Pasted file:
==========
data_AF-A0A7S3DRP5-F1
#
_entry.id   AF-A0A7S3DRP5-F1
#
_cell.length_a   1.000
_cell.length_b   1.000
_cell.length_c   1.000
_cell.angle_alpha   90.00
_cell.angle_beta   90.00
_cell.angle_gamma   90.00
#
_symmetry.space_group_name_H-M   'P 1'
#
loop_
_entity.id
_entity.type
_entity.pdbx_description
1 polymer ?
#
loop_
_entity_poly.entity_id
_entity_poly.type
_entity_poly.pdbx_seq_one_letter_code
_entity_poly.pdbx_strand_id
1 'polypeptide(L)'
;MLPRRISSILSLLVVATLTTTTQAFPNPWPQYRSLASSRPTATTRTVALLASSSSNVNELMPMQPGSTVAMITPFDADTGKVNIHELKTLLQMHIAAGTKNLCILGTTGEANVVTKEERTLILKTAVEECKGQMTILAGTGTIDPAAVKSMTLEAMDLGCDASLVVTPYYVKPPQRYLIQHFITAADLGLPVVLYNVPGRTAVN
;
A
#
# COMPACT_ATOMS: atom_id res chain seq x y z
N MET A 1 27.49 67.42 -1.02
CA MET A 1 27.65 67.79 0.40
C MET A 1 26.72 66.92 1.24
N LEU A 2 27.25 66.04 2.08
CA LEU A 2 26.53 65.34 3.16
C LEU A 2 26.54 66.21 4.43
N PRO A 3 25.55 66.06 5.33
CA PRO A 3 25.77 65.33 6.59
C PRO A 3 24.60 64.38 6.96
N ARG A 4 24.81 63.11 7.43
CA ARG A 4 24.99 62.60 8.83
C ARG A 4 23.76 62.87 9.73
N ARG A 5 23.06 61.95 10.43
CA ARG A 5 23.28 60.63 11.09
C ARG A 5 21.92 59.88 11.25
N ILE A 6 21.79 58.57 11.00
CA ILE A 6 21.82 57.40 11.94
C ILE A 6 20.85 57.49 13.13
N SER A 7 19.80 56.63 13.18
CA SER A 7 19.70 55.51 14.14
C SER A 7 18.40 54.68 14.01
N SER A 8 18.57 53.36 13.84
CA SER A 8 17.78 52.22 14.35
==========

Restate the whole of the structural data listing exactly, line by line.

data_AF-A0A7S3DRP5-F1
#
_entry.id   AF-A0A7S3DRP5-F1
#
_cell.length_a   1.000
_cell.length_b   1.000
_cell.length_c   1.000
_cell.angle_alpha   90.00
_cell.angle_beta   90.00
_cell.angle_gamma   90.00
#
_symmetry.space_group_name_H-M   'P 1'
#
loop_
_entity.id
_entity.type
_entity.pdbx_description
1 polymer ?
#
loop_
_entity_poly.entity_id
_entity_poly.type
_entity_poly.pdbx_seq_one_letter_code
_entity_poly.pdbx_strand_id
1 'polypeptide(L)'
;MLPRRISSILSLLVVATLTTTTQAFPNPWPQYRSLASSRPTATTRTVALLASSSSNVNELMPMQPGSTVAMITPFDADTGKVNIHELKTLLQMHIAAGTKNLCILGTTGEANVVTKEERTLILKTAVEECKGQMTILAGTGTIDPAAVKSMTLEAMDLGCDASLVVTPYYVKPPQRYLIQHFITAADLGLPVVLYNVPGRTAVN
;
A
#
# COMPACT_ATOMS: atom_id res chain seq x y z
N MET A 1 27.49 67.42 -1.02
CA MET A 1 27.65 67.79 0.40
C MET A 1 26.72 66.92 1.24
N LEU A 2 27.25 66.04 2.08
CA LEU A 2 26.53 65.34 3.16
C LEU A 2 26.54 66.21 4.43
N PRO A 3 25.55 66.06 5.33
CA PRO A 3 25.77 65.33 6.59
C PRO A 3 24.60 64.38 6.96
N ARG A 4 24.81 63.11 7.43
CA ARG A 4 24.99 62.60 8.83
C ARG A 4 23.76 62.87 9.73
N ARG A 5 23.06 61.95 10.43
CA ARG A 5 23.28 60.63 11.09
C ARG A 5 21.92 59.88 11.25
N ILE A 6 21.79 58.57 11.00
CA ILE A 6 21.82 57.40 11.94
C ILE A 6 20.85 57.49 13.13
N SER A 7 19.80 56.63 13.18
CA SER A 7 19.70 55.51 14.14
C SER A 7 18.40 54.68 14.01
N SER A 8 18.57 53.36 13.84
CA SER A 8 17.78 52.22 14.35